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On November 14, 2006, the Center for Constitutional Rights (CCR) filed a criminal complaint with the German Federal Prosecutor to open an investigation and, ultimately, a criminal prosecution that will look into the responsibility of high-ranking U.S. officials for authorizing war crimes in the context of the so-called “war on terror.” The complaint is brought on behalf of 12 torture victims – 12 Iraqi citizens who were held at Abu Ghraib prison and one Guantánamo detainee – and is being filed by CCR, the International Federation for Human Rights (FIDH), the Republican Attorneys' Association (RAV), and others, all represented by Berlin Attorney Wolfgang Kaleck.
The complaint is related to a 2004 complaint that was dismissed, but the new complaint is filed with much new evidence, new defendants and plaintiffs, a new German Federal Prosecutor and, most important, under new circumstances that include the resignation of Donald Rumsfeld as Secretary of Defense and the passage of the Military Commissions Act of 2006 in the U.S., which attempts to grant officials retroactive immunity from prosecution for war crimes.
In November 2007, CCR, FIDH, and RAV appealed the decision of the German Federal Prosecutor not to open an investigation. On April 21, 2009, the Stuttgart Regional Appeals Court dismissed the appeal. See the original and the translated Court decision attached below. A motion for reconsideration was filed on May 25, 2009.
Executive Summary of the Complaint’s Allegations:
From Donald Rumsfeld on down, the political and military leaders in charge of ordering, allowing and implementing abusive interrogation techniques in the context of the “War on Terror” since September 11, 2001, must be investigated and held accountable. The complaint alleges that American military and civilian high-ranking officials named as defendants in the case have committed war crimes against detainees in Iraq, Afghanistan and in the U.S.-controlled Guantánamo Bay prison camp.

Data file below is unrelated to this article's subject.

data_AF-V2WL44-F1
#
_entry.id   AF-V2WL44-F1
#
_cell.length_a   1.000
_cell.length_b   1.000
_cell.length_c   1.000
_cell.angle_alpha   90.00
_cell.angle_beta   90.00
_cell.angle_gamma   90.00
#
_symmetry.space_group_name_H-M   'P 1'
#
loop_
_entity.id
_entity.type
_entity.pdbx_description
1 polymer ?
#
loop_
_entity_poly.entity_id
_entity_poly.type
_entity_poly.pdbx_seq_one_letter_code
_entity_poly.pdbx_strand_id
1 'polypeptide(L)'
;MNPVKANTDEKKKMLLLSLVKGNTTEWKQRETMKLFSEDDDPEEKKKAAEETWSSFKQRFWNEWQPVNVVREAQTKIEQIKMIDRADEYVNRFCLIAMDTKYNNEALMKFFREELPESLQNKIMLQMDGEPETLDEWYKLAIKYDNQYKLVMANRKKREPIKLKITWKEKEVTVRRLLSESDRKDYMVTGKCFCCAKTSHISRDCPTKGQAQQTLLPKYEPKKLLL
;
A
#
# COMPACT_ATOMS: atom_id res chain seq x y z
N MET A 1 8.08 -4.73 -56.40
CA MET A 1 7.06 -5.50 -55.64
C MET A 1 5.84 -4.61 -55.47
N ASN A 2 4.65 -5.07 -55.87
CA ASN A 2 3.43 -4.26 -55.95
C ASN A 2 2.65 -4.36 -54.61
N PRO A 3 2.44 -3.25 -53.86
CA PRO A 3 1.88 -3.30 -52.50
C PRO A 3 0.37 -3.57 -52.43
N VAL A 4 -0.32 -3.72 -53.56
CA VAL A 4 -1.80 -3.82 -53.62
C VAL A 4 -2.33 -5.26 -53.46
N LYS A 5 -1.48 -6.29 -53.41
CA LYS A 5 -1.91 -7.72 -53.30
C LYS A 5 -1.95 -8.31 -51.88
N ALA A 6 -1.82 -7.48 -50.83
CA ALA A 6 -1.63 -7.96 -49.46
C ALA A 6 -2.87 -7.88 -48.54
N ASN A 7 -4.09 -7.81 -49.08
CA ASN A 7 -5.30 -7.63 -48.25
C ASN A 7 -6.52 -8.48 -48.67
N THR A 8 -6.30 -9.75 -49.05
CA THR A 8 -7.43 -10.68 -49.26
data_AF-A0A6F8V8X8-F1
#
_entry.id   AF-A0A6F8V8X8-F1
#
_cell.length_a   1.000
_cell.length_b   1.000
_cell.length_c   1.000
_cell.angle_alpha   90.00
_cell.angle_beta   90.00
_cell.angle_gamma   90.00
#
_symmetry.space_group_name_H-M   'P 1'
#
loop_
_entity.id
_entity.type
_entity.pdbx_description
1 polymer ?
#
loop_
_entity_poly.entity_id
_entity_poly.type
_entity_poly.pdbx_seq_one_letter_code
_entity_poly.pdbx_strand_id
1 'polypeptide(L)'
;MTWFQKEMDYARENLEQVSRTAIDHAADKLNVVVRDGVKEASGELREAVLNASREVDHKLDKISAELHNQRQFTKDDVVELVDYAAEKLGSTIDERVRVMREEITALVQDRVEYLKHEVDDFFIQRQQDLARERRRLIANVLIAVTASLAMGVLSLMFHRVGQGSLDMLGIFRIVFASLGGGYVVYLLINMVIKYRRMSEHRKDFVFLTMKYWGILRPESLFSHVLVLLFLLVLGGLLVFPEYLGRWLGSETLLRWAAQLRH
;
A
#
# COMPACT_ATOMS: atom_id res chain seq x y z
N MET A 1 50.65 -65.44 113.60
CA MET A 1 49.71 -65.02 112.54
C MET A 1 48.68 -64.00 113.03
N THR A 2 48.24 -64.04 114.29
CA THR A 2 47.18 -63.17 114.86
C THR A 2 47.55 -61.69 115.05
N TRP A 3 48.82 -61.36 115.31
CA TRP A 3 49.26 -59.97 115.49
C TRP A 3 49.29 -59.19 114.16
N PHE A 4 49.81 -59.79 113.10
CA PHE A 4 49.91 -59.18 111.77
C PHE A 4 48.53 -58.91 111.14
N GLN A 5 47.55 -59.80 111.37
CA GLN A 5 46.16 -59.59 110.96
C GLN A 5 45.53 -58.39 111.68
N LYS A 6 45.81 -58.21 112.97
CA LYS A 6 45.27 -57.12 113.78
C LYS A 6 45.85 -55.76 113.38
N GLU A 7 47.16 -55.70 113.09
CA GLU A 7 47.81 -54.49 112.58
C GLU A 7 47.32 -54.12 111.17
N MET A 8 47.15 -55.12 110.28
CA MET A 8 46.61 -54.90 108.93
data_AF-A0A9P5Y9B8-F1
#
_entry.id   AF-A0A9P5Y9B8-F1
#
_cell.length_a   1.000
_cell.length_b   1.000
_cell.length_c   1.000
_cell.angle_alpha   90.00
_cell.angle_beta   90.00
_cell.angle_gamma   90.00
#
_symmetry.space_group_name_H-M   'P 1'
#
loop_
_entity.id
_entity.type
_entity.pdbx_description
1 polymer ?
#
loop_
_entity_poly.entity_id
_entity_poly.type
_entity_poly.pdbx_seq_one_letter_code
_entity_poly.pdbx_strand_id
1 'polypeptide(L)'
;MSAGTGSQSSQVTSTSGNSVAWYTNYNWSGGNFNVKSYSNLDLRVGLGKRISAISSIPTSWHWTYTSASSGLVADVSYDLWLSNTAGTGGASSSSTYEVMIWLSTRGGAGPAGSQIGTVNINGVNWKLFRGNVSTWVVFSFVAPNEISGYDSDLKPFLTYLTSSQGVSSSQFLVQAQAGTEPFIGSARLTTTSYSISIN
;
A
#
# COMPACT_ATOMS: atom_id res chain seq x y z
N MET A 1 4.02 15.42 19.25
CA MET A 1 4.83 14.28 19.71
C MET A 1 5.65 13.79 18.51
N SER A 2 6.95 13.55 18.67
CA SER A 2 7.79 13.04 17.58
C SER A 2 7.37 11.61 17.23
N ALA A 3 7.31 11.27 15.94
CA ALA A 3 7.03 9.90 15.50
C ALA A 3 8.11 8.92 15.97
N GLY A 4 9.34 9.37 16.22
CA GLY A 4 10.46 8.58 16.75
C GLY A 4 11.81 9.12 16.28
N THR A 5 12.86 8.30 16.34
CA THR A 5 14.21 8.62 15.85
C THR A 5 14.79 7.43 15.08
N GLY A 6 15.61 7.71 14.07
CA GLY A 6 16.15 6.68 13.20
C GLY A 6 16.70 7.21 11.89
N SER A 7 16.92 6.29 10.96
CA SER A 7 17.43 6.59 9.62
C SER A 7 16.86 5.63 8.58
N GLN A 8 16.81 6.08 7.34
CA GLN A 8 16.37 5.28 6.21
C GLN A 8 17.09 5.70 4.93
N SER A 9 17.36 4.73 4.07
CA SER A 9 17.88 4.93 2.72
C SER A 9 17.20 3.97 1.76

The complaint alleges that the defendants “ordered” war crimes, “aided or abetted” war crimes, or “failed, as civilian superiors or military commanders, to prevent their commission by subordinates, or to punish their subordinates,” actions that are explicitly criminalized by German law. The U.S. administration has treated hundreds if not thousands of detainees in a coercive manner, in accordance with “harsh interrogation techniques” ordered by Secretary Rumsfeld himself that legally constitute torture and/or cruel, inhuman and degrading treatment, in blatant violation of the provisions of the 1949 Geneva Conventions, the 1984 Convention Against Torture and the 1977 International Covenant on Civil and Political Rights – to all of which the United States is a party. Under international humanitarian treaty and customary law, and as re-stated in German law, these acts of torture and/or cruel, inhuman or degrading treatment constitute war crimes.
The U.S. torture program that resulted in war crimes was aided and abetted by the government lawyers also named in this case: former Chief White House Counsel (and current Attorney General) Alberto R. Gonzales, former Assistant Attorney General Jay Bybee, former Deputy Assistant Attorney General John Yoo, General Counsel of the Department of Defense William James Haynes, II and Vice President Chief Counsel David S. Addington. While some of them claim to merely have given legal opinions, those opinions were false or clearly erroneous and given in a context where it was known and foreseeable to these lawyers that torture would be the result. Not only was torture foreseeable, but this legal advice was given to facilitate and aid and abet torture as well as to attempt to immunize those who tortured. Without these opinions, the torture program could not have occurred. The infamous “Torture Memo” dated August 1, 2002, is the key document that redefined torture so narrowly that such classic and age old torture techniques as water-boarding were authorized to be employed and were employed by U.S. officials against detainees.